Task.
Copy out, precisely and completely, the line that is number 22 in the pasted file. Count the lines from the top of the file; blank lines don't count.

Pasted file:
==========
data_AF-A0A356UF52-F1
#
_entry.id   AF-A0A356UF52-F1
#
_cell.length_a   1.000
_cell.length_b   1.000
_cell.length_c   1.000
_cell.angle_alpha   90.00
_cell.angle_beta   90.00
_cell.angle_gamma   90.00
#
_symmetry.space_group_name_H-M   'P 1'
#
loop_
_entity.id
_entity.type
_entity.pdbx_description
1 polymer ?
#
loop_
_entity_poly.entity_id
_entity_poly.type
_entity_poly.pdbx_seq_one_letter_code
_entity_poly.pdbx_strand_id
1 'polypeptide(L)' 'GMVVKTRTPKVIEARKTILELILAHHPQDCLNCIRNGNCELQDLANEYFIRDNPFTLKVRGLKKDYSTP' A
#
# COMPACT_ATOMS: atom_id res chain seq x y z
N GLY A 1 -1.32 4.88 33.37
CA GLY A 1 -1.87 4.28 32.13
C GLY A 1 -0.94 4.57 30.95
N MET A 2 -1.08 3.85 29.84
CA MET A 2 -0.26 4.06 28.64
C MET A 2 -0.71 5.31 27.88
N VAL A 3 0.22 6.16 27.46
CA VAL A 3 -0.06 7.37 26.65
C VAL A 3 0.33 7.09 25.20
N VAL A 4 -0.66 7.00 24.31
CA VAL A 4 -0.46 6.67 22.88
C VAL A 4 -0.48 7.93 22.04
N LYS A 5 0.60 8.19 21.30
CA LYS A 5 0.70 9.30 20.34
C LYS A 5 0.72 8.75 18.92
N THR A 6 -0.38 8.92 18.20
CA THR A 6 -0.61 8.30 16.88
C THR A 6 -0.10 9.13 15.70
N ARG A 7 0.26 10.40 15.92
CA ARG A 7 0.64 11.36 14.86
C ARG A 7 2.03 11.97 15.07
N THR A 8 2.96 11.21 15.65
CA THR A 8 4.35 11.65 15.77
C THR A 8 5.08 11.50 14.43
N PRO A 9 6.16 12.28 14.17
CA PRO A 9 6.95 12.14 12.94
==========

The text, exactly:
_entity_poly.type